Spelling Strategies Video

Watch the spelling strategies video on using memory tricks.

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Spelling Strategy No: 1 – Mnemonics (memory tricks)


According to the Oxford Dictionary website there are plenty of words that follow spelling rules but “there are some tricky words you just have to learn like necessary and rhythm.” But they don’t tell you how you can learn these ‘tricky words’.

Using spelling strategies to remember words is one of the most important aspects of spelling. This blog is about using memory trick strategies.

To remember a spelling you have to keep writing the word, but if you have problems with it then use a memory trick to fix it in your brain.

Memory tricks could be words-within-words, rhymes, syllable breakdown, knowing the history of the word, any trick to help remember the spelling.

*Always use lowercase in handwriting so you can see the shape of the words but use capitals for proper nouns American, Britain etc. BLOCK CAPITALS are hard to read and to write. Use BLOCK on forms only.


Hard words to spell


Spelling Strategies

Let’s look at the problems most people have with these words, and then the strategies for remembering them. Other people’s memory tricks are useful but if you invent your own it means the process of coming up with one will help fix it in your brain.

People usually know the beginning and endings of words, they understand the patterns  –ation, -ary, -ness but it’s the individual letters within the word that usually cause problems.


necessary What a nightmare – is there one c and one s or two Cs and two Ss or two Cs and one s?

To remember we have a memory trick –

It’s necessary to have one collar and two sleeves – one c and two s




accommodation   this word is spelt wrong in so many signs and notices. Is there one c or one m etc?

Memory trick – the accommodation has two cots and two mattresses

– two Cs and two Ms.  Remember the O as well – accommodation



piece or peace?

Same sound, different meaning and spelling (homophones) are troublesome. The computer will say yes it’s the correct spelling for either one but is the meaning right?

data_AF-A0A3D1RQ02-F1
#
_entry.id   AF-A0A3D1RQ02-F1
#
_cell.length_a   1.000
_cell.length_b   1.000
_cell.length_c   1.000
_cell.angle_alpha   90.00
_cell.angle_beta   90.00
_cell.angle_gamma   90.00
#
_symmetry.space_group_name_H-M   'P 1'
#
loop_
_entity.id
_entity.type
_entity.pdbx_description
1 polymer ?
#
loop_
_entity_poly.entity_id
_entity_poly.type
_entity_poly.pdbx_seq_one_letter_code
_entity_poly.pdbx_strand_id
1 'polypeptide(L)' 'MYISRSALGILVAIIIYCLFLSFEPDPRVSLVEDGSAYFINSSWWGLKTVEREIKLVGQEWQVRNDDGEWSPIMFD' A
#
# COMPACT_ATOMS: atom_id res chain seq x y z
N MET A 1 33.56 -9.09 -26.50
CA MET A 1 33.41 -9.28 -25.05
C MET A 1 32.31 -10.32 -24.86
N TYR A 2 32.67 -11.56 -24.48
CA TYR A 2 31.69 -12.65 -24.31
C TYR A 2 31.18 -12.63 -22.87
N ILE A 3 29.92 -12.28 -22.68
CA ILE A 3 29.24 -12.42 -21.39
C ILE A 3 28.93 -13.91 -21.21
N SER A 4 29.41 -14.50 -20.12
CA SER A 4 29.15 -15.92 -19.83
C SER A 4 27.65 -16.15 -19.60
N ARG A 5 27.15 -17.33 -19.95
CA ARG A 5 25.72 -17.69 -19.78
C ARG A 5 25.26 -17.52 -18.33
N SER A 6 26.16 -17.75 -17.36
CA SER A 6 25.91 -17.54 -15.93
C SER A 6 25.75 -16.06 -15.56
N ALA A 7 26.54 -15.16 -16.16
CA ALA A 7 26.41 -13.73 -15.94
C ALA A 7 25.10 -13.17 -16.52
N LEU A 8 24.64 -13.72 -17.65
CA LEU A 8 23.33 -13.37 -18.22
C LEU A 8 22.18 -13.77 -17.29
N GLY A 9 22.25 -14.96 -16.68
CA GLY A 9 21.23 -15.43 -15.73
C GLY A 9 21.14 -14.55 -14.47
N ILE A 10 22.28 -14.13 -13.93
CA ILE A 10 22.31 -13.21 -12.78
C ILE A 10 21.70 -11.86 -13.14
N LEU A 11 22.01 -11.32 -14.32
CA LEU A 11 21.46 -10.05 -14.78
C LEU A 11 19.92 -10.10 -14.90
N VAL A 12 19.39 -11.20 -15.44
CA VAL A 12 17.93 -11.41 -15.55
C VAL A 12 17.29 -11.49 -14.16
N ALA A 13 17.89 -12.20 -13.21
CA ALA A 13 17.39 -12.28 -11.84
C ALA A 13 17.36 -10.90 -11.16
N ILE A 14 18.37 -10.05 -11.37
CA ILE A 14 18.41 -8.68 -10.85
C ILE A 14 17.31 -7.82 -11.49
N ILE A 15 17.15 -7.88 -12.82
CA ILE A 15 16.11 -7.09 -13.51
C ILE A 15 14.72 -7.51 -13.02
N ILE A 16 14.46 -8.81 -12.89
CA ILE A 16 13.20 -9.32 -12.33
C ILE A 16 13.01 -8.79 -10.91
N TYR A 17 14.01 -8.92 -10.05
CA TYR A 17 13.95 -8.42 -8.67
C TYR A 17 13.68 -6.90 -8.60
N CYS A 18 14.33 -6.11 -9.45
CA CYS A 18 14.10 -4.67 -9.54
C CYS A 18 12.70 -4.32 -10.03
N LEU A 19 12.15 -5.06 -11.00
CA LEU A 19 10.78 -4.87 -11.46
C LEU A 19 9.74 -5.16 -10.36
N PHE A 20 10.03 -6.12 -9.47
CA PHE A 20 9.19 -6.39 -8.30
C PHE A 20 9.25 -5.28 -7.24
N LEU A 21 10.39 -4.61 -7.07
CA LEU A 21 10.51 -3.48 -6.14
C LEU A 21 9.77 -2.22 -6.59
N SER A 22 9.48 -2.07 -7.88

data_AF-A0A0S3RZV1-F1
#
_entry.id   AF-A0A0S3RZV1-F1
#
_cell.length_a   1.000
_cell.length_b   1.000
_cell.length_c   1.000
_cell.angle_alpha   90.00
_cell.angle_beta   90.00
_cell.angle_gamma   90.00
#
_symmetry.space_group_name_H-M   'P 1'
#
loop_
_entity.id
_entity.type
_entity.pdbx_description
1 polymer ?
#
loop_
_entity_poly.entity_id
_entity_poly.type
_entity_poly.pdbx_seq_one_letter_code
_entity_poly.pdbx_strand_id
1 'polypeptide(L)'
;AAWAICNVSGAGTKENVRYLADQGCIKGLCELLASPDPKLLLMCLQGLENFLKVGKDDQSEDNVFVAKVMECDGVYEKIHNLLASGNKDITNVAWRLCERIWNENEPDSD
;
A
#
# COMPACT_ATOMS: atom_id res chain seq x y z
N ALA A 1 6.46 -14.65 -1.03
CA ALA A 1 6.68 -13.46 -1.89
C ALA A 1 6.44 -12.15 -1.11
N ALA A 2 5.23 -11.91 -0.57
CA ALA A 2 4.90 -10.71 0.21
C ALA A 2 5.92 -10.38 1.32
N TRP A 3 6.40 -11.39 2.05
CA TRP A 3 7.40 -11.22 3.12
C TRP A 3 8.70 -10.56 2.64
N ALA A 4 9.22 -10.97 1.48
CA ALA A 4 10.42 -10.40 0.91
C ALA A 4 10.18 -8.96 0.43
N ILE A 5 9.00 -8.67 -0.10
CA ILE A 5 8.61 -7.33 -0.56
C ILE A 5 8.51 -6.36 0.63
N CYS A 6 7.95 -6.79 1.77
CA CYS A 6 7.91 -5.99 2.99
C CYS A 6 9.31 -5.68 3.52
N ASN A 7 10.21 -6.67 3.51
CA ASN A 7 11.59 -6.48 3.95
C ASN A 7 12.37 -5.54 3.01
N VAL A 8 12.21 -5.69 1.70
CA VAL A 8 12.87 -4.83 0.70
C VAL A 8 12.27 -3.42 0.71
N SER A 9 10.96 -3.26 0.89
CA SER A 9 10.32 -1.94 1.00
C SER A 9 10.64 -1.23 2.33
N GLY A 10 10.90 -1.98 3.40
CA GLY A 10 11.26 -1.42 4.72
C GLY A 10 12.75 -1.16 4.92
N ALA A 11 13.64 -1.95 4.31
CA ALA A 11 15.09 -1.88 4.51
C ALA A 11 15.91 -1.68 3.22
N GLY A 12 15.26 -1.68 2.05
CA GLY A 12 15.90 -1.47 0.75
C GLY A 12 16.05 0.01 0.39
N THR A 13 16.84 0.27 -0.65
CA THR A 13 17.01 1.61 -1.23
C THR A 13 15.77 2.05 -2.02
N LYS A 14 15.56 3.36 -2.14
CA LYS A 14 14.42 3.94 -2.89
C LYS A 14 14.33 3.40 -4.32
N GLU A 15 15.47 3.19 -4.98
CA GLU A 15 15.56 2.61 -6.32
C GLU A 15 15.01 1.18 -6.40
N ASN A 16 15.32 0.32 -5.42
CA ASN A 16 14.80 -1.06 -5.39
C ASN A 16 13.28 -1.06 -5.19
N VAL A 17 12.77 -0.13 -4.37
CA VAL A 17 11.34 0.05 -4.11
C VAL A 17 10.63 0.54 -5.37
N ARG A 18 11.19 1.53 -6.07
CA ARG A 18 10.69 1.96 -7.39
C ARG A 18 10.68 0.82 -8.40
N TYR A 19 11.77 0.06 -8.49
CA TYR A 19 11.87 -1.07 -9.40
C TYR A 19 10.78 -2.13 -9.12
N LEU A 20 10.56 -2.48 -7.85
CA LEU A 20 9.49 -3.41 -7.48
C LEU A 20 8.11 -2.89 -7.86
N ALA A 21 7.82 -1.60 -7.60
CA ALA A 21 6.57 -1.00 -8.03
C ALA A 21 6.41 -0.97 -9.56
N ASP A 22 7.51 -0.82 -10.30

We can use the word within a word memory trick.    A piece of pie.



business another corker and one I get confused about with the s and u and i. I use a strange memory trick of my own, I use a bus at a bus stopi   It makes sense to me so whatever works for you. Some of my students have come up with their own with the busi (busy in business) etc.


assistant  – sales assistant, shop assistant, admin assistant the word is used so often. But is there one s at the beginning etc? My memory trick is  –

the ass of the assistant  is  … or the assistant is an ass . The ass of an ant …and so on.  


secretary  – use a word within a word memory trick – a secretary will keep a secret.


February – the difference between how we say words and the spelling is obvious in days and months.

Wednesday /wens day/,

Tuesday /choos day/

February /Feb ree/.

You could sound out the syllables – Feb  ru   a  ry .

Or a memory trick is –  it’s brr in February

Learn the letter pattern –uary   for February and January


believe – use the word within a word memory trick to remember that it’s -ie- not -ei-

Never believe a lie. And remember the spelling rule i before e (ie) except after c (ei) (receive)



Wednesday – the big problem is with the silent d in there. We say /wens day/ but to spell it we need the d in there.

We could break it down into syllables – Wed / nes / day. Say it slow and exaggerated. Wed    nes    day.  Breaking words down into manageable syllables  is good for big words.  The bits you can’t get right then use a memory trick.


Forty (40) – another nightmare. We have four, fourteen, then forty without the u.

A memory trick is Four, Fourteen but U can’t be forty!



Write or right? Another homophone – same sound, different spelling and meaning.

Right and left, right and correct.  You write words.



Stationery or stationary?

Stationery has envelopes.  Stationary = stop at the station